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Investing in Food Security Tackles Crisis and Conflict

Equilibres mondiaux | Les pays

Écrit pour la session 44 – Assurer la sécurité alimentaire

Investing in food security is investing in global security and a better future for all. Yet, food insecurity remains a persistent problem, with an estimated 1.3 billion people food insecure in 2022.[1] Tragically, this number continues to rise, reversing progress and disproportionately harming already marginalised populations.[2] This food crisis is intrinsically linked with multiple other crises, including poverty, debt distress, conflict, and climate change, which compound and reverse the progress made to increase resiliency and security.[3] Only by addressing the interconnections between these crises can we make significant progress overcoming global insecurity.

Source 11 : USDA, Economic Research Service
Source: Food and Agriculture Organization of the United Nations (FAO), The State of Food Security and Nutrition in the World 2022, p. 13.

Crises and Hunger

Food price inflation and challenges relating to global food exportation and supply are widespread and growing.[4] Less food is available and that which is available is more expensive. Conflicts are at their highest level since the United Nations’ creation, with an estimated two billion people living in countries impacted by conflict.[5] Climate shocks are also increasing, with more droughts, floods, heatwaves, and other weather events.[6] These crises are disrupting agricultural production and distribution; displacing people and reducing their resources; and making it even more difficult for people to access food. This is set against the backdrop of slowing economic growth, adding to the persistent impact of COVID-19 and further squeezing Government budgets.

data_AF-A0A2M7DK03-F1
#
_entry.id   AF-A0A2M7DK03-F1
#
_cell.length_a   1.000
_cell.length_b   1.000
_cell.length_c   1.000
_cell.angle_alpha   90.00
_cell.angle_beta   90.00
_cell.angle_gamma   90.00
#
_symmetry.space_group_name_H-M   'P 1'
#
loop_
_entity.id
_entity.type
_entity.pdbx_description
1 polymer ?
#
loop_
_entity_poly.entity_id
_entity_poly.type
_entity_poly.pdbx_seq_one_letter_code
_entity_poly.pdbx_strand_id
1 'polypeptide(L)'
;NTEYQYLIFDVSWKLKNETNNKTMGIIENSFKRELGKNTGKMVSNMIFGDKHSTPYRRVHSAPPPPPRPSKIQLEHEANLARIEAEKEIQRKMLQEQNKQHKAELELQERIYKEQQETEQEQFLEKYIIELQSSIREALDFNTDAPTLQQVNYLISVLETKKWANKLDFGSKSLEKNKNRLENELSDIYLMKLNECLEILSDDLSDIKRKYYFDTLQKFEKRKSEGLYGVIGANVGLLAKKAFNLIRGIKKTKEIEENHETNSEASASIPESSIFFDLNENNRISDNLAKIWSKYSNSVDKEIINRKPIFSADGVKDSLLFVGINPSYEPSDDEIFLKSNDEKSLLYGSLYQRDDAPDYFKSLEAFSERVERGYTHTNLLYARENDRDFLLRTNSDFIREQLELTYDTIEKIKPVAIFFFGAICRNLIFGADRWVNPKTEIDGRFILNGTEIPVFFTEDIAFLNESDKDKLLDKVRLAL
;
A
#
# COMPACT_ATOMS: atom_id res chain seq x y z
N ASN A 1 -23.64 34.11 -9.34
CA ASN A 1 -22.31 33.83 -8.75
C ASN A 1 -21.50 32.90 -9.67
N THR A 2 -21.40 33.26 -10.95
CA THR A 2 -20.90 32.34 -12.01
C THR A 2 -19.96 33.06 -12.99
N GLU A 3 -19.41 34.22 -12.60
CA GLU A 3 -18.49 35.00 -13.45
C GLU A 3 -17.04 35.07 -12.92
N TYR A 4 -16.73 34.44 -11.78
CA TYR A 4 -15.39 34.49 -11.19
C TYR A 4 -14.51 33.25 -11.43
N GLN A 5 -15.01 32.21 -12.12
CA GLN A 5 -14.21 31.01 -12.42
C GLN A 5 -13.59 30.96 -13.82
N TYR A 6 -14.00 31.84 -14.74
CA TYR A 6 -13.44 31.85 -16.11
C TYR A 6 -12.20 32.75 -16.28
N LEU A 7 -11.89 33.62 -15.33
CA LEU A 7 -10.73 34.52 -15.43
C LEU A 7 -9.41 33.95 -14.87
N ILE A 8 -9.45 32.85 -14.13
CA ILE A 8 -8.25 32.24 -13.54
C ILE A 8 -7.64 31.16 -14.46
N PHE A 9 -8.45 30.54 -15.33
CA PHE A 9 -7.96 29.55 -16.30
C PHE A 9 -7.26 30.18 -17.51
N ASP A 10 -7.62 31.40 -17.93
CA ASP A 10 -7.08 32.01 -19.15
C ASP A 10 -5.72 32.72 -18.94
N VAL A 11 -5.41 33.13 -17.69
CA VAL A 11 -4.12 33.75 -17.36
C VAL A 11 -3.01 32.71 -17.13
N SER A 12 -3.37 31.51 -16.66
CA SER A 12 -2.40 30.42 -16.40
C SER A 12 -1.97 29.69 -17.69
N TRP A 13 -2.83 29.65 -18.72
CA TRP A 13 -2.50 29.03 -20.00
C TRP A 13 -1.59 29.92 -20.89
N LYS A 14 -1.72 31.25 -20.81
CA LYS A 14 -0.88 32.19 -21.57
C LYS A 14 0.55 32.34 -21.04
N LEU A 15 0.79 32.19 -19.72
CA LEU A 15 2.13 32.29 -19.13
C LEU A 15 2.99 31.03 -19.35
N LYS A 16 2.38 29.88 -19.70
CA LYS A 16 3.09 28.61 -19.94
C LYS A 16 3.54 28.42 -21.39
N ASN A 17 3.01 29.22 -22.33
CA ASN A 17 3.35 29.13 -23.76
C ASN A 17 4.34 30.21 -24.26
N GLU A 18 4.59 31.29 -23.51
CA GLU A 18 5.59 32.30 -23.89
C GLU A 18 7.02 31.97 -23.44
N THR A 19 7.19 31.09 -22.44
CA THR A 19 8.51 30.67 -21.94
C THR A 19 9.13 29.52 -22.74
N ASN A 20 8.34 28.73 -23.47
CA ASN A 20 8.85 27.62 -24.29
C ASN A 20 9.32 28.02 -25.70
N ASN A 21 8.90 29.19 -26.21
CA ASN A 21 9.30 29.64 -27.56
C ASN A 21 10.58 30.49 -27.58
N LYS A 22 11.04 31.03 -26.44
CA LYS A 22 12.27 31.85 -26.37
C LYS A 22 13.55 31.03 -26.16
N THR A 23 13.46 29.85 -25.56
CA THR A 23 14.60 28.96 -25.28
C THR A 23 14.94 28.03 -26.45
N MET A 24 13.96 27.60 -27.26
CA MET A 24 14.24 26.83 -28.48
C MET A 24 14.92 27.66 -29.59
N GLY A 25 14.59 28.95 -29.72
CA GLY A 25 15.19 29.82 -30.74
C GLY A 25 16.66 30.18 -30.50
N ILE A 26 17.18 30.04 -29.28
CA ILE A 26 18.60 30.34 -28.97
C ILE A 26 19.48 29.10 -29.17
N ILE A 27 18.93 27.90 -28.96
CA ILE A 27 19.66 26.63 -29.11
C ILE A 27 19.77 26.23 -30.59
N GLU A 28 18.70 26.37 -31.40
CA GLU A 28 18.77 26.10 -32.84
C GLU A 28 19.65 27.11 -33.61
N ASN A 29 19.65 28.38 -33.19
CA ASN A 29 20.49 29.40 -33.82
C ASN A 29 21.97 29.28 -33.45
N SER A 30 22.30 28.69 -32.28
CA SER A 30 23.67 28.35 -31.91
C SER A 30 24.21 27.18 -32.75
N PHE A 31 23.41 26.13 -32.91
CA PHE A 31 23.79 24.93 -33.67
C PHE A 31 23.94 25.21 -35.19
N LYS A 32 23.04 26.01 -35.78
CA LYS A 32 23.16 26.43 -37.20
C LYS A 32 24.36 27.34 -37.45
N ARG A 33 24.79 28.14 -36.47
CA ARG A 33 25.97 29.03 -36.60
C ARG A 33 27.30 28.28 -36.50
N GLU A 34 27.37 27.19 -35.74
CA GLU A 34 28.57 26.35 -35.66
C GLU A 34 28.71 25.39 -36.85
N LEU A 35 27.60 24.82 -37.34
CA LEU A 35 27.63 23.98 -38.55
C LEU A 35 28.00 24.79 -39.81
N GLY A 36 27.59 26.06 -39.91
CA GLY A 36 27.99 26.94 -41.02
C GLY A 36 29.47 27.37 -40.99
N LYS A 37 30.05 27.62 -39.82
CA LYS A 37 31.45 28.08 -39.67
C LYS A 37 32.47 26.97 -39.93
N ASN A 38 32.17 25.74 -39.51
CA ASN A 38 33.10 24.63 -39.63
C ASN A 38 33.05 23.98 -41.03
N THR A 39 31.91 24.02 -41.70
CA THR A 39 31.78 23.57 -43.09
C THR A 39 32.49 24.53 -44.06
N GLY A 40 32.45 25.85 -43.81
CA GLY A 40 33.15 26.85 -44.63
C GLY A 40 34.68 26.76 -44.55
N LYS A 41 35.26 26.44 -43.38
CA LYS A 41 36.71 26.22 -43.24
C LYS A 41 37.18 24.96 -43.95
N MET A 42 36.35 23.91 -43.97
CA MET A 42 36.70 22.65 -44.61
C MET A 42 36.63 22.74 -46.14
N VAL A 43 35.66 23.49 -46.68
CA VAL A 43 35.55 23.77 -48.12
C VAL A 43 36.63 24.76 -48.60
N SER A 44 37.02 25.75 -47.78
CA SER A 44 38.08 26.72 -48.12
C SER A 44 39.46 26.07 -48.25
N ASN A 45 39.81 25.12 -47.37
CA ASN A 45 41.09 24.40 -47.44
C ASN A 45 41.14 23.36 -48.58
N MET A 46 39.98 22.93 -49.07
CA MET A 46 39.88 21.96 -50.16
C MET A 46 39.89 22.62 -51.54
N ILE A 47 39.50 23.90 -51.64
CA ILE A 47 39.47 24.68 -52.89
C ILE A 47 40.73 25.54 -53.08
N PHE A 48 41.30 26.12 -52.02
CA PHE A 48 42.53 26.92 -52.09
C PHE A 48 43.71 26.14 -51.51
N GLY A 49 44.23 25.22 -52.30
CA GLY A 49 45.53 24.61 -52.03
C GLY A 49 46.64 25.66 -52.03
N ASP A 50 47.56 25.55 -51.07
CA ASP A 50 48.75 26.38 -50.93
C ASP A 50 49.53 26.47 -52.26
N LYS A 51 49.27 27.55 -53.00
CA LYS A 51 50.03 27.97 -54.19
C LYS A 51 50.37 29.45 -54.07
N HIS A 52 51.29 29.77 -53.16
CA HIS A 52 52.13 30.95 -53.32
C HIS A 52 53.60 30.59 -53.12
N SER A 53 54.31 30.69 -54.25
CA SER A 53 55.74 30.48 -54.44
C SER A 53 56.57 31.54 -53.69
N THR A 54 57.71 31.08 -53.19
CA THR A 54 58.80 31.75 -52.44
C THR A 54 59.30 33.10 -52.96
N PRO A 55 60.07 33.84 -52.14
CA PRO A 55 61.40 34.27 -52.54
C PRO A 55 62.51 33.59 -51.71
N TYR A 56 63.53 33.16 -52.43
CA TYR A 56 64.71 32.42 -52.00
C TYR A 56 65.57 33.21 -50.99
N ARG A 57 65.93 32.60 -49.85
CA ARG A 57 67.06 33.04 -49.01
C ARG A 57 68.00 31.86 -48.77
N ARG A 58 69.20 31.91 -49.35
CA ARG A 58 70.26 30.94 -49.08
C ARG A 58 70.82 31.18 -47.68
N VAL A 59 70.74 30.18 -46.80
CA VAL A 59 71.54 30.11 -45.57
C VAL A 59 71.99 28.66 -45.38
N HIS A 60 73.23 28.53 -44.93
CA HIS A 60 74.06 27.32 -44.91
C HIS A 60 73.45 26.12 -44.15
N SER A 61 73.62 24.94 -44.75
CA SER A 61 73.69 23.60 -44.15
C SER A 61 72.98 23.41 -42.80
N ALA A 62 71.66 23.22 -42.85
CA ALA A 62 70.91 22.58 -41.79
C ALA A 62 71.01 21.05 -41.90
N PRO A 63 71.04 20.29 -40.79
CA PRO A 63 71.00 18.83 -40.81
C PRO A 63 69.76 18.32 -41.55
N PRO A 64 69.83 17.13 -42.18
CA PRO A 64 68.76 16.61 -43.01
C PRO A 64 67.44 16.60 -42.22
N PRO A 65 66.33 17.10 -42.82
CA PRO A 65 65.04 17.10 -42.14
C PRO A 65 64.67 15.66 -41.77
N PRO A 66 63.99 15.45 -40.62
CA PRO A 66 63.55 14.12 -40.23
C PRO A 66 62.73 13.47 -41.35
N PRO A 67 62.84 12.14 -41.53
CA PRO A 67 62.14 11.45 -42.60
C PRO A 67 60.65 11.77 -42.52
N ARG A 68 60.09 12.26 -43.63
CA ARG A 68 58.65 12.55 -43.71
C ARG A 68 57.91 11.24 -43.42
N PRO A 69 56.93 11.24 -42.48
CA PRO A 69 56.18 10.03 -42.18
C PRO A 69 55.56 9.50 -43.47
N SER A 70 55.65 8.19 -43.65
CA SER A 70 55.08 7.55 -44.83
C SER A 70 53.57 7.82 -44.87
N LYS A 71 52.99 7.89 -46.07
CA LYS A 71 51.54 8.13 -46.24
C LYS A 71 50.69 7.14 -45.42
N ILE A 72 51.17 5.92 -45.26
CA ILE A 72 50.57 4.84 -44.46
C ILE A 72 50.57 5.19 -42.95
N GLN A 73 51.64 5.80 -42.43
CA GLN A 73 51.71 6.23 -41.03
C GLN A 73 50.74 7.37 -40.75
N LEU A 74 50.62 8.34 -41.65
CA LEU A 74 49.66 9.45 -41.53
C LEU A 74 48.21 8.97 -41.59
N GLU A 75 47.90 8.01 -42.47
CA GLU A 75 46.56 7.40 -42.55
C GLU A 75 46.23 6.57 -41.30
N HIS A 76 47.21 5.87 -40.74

Crisis drives hunger and hunger feeds crisis. Tackling global crises therefore requires a multi-faceted approach founded on sustainable agriculture and food systems. For instance, food insecurity often fuels outbreaks of social unrest and conflict, which, in turn, further worsen food insecurity. In a 2021 Resolution, the United Nations recognized this paradigm and called for the preservation of food systems and markets during crisis and conflict, acknowledging that stronger global food systems are critical for promoting broader international security and peace.[7] As part of this, inclusivity in food systems is key to effective and sustainable crisis response.

©IFAD/Santiago Albert Pons:

Inclusive Responses

Eighty per cent of the world’s poorest people live in rural areas.[8] Often the rural poor who have contributed the least to the crises causing or worsening food insecurity bear the brunt of the consequences, while facing additional barriers from discrimination, fewer resources, and limited inclusion within decision-making. They also hold many of the solutions. Up to 150 million people would be lifted out of hunger if women farmers had the same productive resource access as men.[9] Indigenous peoples possess invaluable knowledge and practices that can contribute to building sustainable food systems and mitigating climate change harms.[10] Young people represent a significant demographic in the context of food security, so engaging young people in food-related activities builds a sustainable and skilled workforce for the future. In addition to multifaceted solutions, we need inclusive solutions.